The House passed a short-term government funding bill that includes a debt limit increase along party lines on Tuesday, teeing up a fight in the Senate as Republicans assert they will not support a continuing resolution that raises the federal government’s borrowing limit.
The bill — introduced by House Appropriations Chair Rosa DeLauro (D-Ct.) on Tuesday — looks to keep the government funded through Dec. 3, increases the debt ceiling through Dec. 16, 2022 in addition to providing $10 billion for emergency disaster aid to “cover losses from natural disasters occurring in 2020 and 2021.”
Democratic leadership stood firm in their position that the debt ceiling increase should pass with bipartisan support, arguing it’s necessary to pay for spending that happened under the previous administration and noting they supported raising the debt ceiling multiple times under Republican control. But Republicans in both chambers have repeatedly called for Democrats to go it alone via the reconciliation process, alleging that the debt limit increase would provide Democrats the opportunity to “recklessly spend” on partisan priorities.
House Republican Whip Steve Scalise (R-La.) urged members of the GOP conference to vote against the measure during the House Republican Conference meeting on Tuesday morning, a source in the room confirmed.
Uncertainty over the level of support from within the Democratic caucus emerged ahead of the vote, with progressives pushing back on language to provide “$1 billion for the procurement of the Iron Dome defense system to counter short-range rocket threats to support Operation Guardian of the Walls.” The provision was ultimately stripped out of the measure despite criticism of the move from moderate Democrats, who received assurances that the Iron Dome funding would be included in the year-end spending bill.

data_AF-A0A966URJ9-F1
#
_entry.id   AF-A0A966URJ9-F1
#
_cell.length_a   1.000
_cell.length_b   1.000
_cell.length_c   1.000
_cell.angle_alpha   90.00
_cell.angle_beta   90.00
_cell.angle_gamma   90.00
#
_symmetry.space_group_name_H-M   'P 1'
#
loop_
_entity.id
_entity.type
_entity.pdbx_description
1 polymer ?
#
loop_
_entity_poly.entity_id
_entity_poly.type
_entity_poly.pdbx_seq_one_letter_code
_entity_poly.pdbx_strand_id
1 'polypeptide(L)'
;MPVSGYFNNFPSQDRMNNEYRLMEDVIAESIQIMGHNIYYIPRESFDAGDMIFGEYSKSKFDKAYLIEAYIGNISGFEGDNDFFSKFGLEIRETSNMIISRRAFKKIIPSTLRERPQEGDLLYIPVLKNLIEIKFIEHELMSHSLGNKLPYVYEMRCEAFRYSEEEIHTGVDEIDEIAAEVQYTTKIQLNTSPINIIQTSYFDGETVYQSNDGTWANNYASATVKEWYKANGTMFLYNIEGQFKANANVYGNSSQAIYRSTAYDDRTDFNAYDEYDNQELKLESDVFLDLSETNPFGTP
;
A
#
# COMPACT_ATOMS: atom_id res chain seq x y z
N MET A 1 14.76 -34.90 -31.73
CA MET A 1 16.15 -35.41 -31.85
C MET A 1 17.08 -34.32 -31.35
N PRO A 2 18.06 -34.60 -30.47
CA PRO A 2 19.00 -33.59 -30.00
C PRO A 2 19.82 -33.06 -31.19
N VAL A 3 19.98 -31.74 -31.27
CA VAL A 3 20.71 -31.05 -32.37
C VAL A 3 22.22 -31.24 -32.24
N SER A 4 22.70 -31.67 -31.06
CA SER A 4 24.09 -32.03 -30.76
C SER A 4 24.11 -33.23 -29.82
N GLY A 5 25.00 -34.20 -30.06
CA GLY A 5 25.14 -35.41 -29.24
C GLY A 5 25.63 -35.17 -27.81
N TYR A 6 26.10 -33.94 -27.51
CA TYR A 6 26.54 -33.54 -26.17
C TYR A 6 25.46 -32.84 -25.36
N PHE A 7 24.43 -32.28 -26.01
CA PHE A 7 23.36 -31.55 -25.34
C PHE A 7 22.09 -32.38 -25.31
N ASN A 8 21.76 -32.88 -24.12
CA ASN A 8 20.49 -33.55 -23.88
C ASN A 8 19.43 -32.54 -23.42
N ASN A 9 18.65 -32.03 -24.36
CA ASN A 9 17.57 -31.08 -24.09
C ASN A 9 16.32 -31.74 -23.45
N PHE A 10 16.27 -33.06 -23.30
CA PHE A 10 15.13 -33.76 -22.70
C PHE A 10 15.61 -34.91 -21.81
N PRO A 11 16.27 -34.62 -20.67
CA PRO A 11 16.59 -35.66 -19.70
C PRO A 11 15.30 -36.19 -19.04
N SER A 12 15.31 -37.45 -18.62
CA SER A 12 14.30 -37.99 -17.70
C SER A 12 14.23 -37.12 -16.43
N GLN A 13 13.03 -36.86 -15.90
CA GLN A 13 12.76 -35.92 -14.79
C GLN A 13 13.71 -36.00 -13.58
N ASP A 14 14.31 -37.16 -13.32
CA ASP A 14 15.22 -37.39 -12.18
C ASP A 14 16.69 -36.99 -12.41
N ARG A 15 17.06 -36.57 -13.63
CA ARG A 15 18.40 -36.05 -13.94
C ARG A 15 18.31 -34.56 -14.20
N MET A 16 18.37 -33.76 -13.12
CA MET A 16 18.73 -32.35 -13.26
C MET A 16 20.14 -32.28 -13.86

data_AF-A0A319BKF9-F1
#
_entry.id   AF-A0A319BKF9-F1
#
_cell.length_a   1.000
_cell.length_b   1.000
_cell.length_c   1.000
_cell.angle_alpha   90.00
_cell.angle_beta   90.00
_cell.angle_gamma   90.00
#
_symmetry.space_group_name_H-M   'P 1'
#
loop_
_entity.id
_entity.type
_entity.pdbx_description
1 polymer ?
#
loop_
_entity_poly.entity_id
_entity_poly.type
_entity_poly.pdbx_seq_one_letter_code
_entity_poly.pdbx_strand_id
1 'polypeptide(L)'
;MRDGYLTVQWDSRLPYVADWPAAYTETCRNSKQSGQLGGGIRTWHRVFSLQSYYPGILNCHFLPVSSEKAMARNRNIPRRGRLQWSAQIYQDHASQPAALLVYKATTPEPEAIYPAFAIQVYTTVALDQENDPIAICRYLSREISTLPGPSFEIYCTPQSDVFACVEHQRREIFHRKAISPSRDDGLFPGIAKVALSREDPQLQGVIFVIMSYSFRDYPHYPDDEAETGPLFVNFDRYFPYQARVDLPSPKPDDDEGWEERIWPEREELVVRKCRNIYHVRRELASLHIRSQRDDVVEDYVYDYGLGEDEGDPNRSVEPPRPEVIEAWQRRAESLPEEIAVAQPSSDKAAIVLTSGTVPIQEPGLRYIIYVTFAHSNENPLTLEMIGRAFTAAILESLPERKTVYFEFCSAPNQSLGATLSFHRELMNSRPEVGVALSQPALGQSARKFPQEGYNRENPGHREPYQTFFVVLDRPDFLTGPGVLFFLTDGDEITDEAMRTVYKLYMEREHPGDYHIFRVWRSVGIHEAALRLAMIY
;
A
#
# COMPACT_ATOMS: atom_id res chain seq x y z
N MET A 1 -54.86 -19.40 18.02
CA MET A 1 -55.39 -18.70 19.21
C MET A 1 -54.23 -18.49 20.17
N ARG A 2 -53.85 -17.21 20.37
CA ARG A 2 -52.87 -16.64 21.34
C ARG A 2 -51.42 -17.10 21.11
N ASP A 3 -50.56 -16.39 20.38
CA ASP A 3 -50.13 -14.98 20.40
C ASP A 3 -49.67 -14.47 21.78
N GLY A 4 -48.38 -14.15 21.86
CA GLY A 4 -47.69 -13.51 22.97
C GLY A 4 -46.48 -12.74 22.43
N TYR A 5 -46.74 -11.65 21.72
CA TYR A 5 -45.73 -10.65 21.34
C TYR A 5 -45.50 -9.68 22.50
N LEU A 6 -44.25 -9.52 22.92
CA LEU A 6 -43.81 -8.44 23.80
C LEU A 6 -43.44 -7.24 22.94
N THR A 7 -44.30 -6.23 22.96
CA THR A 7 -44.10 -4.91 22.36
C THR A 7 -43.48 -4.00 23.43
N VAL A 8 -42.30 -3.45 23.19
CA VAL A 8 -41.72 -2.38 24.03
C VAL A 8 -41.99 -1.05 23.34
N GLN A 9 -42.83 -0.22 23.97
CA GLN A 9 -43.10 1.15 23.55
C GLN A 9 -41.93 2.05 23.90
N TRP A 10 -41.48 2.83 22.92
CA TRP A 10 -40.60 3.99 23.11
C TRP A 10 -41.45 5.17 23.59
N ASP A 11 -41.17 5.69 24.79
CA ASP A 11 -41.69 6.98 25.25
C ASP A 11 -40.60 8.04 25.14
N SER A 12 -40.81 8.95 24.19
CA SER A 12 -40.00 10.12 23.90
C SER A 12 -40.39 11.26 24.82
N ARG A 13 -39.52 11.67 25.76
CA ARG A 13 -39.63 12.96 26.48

Congress has until Sept. 30 to pass a funding bill to avert a government shutdown, with the current fiscal year set to expire at the end of the month.
While Democrats are looking to ramp up pressure to increase the debt ceiling by linking it to the must-pass spending bill, daring Republicans to risk taking the blame for the looming government shutdown, Senate Majority Leader McConnell has repeatedly asserted that the majority of his conference will not back the measure.
Numerous GOP senators have not ruled out the possibility of backing the measure, with Sen. John Kennedy (R-La.), who represents a state that was recently heavily impacted by Hurricane Ida, said he is likely to vote in favor of the legislation due to its inclusion of disaster relief.
Sens. Lisa Murkowski (R-Alaska) and Bill Cassidy (R-La.) have not indicated how they will vote on the measure. But even with the support of three Republicans, Democrats are still significantly short on the number of votes needed to reach the 60-vote threshold for passage.
Treasury Secretary Janet Yellen has repeatedly called on Congress to act swiftly to raise the debt ceiling, writing in a Wall Street Journal op-ed on Sunday that “the overwhelming consensus among economists and Treasury officials of both parties is that failing to raise the debt limit would produce widespread economic catastrophe.”